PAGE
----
Brazil: Catholic Church Goes to Court Against Abortion

Brazil: Catholic Church 
  Goes to Court Against Abortion

The National Conference
of Brazilian Bishops wants a recent
judicial decision to allow abortions of fetuses with brain damage
to be reversed. The Brazilian Catholic Church has hired a lawyer
who is examining the best way to prevent the Federal Supreme
Court Judge’s ruling from becoming the law in the land.
by: Irene
Lobo

The president of the Brazilian Bioethics Society (SBB), Volnei Garrafa, suggests
that population be consulted on the interruption of pregnancy in cases of
anencephalia (a congenital defect that blocks the formation of the brain).

"A plebiscite on
the issue would be welcome in Brazil. What is important is for laws not to
detach themselves from the morality of society," he observes.

July 1st, Federal
Supreme Court Judge, Marco Aurélio Mello, issued a preliminary ruling
permitting abortion in such cases to the National Confederation of Health
Workers (CNTS), which filed the suit.

Prior to this, the procedure
required court authorization. The ruling, which is valid for all of Brazil,
will still be analyzed by the other members of the Supreme Court, most likely
in August, after the Judicial recess.

The National Conference
of Brazilian Bishops (CNBB) wants the decision to be reversed. The CNBB’s
lawyer, Luíz Carlos Martins Alves, is examining the best way to prevent
the ruling from becoming definitive.

Garrafa believes that
the decision to carry a pregnancy through to the end should be up to each
woman. "The preliminary ruling does not order the interruption of pregnancy;
rather, it gives the mother liberty to resolve the issue according to her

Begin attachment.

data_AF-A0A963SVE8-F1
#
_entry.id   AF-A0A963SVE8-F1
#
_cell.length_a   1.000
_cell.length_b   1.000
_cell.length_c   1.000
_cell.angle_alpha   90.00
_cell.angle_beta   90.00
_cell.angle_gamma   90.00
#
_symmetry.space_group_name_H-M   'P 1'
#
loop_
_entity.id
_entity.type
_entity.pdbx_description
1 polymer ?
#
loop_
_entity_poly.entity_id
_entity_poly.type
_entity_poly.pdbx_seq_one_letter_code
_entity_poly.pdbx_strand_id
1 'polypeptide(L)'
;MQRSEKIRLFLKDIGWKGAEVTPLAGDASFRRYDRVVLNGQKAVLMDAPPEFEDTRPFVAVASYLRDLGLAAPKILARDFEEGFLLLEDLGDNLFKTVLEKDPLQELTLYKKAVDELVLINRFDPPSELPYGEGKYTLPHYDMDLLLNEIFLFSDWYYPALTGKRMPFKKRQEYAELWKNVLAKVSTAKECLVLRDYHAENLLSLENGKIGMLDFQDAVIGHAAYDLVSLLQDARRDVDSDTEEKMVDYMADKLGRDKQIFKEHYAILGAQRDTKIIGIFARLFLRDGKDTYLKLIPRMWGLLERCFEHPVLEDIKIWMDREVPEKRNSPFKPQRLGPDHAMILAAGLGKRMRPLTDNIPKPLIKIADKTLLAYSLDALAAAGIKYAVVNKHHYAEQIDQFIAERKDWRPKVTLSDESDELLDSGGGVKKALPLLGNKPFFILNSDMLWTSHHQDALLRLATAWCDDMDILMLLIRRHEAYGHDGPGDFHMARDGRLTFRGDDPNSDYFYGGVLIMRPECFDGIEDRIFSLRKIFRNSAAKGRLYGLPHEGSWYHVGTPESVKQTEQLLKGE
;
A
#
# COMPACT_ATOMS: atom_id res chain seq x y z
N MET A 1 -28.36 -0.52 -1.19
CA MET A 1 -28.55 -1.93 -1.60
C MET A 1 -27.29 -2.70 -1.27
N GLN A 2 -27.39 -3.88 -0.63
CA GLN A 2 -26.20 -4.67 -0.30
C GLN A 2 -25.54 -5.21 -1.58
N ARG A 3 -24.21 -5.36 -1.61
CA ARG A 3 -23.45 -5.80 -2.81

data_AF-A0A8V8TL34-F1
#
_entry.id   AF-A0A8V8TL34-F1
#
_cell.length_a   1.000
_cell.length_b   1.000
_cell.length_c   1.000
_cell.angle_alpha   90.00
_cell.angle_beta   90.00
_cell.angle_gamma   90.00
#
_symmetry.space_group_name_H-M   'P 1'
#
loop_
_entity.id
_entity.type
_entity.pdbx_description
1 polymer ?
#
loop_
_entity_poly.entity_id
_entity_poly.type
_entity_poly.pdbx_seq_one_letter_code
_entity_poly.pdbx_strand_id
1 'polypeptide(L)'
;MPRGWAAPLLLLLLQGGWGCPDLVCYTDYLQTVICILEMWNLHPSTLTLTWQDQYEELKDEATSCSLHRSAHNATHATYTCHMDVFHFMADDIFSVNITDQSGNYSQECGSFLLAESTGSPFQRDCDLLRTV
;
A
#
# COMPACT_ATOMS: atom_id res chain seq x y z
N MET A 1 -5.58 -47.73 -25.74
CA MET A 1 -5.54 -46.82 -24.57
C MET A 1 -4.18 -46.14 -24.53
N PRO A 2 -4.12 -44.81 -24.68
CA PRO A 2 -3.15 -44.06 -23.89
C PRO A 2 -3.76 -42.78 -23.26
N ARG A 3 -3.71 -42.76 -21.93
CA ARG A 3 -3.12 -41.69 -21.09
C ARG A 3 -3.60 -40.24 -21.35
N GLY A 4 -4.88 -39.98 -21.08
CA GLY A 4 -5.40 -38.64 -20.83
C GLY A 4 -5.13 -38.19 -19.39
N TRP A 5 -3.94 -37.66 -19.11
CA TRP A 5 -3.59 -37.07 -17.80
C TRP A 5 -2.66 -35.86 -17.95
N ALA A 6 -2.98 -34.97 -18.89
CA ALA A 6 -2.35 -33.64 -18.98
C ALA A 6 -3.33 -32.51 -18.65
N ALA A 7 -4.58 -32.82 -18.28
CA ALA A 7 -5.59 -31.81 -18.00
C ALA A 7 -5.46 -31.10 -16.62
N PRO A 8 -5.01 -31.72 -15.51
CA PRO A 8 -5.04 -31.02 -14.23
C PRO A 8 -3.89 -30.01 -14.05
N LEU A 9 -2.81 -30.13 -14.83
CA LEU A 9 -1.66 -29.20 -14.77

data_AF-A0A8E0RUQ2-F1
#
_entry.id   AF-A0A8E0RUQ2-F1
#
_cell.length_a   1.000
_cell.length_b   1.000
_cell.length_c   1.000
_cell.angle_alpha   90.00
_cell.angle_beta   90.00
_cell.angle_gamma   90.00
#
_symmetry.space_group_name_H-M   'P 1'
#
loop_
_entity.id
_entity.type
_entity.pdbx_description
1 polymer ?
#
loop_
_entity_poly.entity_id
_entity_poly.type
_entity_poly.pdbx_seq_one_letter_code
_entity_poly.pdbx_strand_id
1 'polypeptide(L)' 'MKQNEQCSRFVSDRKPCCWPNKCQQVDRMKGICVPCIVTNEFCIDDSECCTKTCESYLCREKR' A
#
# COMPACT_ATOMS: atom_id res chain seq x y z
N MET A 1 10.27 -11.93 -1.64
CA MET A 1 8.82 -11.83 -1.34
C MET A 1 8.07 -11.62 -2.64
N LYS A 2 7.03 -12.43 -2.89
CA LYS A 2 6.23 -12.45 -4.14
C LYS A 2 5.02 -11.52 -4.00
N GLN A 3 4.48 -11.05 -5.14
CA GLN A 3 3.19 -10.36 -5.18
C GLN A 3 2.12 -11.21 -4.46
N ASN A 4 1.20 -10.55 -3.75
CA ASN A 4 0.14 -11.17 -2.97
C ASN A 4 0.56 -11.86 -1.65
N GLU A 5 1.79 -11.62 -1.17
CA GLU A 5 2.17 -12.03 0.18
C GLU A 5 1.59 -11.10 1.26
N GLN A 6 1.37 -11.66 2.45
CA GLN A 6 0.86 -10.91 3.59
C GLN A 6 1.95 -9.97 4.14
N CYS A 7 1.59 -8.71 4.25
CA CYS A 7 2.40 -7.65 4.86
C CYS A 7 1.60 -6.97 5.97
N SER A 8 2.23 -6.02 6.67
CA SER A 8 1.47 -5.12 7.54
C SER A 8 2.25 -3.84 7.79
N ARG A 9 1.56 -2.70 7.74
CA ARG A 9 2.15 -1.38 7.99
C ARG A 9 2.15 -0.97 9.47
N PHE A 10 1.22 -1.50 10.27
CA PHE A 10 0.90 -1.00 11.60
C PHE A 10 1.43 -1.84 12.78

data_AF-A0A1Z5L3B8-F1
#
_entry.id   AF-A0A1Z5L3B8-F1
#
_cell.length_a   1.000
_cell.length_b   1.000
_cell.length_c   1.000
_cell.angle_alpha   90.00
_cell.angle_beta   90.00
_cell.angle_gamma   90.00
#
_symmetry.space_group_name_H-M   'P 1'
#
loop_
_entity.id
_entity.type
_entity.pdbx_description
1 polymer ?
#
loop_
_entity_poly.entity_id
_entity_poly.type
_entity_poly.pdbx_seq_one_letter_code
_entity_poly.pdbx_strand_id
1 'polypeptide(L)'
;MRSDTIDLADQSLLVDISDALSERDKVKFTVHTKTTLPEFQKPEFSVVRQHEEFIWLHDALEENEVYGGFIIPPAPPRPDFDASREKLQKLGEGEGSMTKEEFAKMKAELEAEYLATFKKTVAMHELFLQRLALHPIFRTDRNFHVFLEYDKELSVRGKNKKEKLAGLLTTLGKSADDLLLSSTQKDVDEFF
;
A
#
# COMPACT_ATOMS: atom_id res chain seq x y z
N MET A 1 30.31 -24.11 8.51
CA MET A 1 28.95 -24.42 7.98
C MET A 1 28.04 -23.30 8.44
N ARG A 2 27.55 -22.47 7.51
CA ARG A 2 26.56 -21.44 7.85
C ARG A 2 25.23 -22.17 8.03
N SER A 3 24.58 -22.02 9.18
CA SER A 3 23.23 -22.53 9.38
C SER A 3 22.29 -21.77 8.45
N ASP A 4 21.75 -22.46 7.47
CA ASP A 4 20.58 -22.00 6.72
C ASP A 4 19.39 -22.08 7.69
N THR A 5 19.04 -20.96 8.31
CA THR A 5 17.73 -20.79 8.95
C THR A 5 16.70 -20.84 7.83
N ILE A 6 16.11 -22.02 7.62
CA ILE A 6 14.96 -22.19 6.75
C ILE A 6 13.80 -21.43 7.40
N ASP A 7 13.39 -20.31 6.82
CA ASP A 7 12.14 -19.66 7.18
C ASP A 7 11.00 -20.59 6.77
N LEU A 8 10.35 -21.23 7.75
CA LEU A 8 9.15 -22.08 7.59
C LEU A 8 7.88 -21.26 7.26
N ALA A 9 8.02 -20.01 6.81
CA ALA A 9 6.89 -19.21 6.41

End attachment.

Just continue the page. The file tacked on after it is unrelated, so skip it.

own morality.

"Brazilian law must
stop being negative and prohibitory and become affirmative on these matters,
since the country is pluralistic in terms of morality."

According to the president
of the SBB, 65 percent to 70 percent of the fetuses without brains never complete
the nine-month gestation period. Of those that are born, around 90 percent
die before they are one day old.

The CNBB lawyer, Luís
Carlos Alves, disputes this argument. "It is immaterial whether the fetus
lived for only one minute or a hundred years. It lived. If the life lasted
only one minute, so be it, it was nature that made this decision. Nature,
not the human hand, can determine the duration of life."

For Garrafa, who is also
coordinator of the Unesco Chair in Bioethics at the University of Brasília
(UnB), the debate on the interruption of pregnancy should extend beyond the
cases of anencephalia.

"The discussion should
encompass all congenital malformations that are incompatible with life, so
that women who so desire, do not suffer, and women whose religion says that
that fetus is a person, carry the pregnancy through to the end."

In Brazil the right to
abortion is guaranteed by article 128 of the Penal Code under two circumstances:
when the unwanted pregnancy is the consequence of rape or when there is mortal
risk to the mother. The interruption of pregnancy in cases of fetal malformation,
such as anencephalia, is still not covered by existing law.

Bishops Position

In a note released July
2, the Brazilian National Council of Bishops (CNBB) states that the decision
by Federal Supreme Court (STF) Judge, Minister Marco Aurélio Mello,
on the interruption of pregnancy in the case of an anencephalic (brain absent)
fetus should have been made after ample reflection by society and with the
participation of the entire Court.

In the note, the CNBB
affirms that it was surprised by "Minister Marco Aurélio’s solitary
ruling," judging that there is no crime of abortion in this case. "In
this manner, he authorized the voluntary interruption of the gestation of
a human life," the note adds.

The CNBB says that it
trusts the STF members’ sense of Right and Justice to reverse the decision.
"In fact, a human life, which is formed in the mother’s womb, is already
a new holder of rights, and, for this reason, this life should always be respected,
regardless of the stage or the condition in which it exists."

The note bears the signature
of the president of the CNBB, Don Geraldo Majella Agnelo, the vice-president,
Don Antônio Celso de Queirós, and the secretary-general, Don
Odilo Scherer.


Irene Lobo works for Agência Brasil (AB), the official press agency
of the Brazilian government. Comments are welcome at lia@radiobras.gov.br.

Translated
from the Portuguese by David Silberstein.

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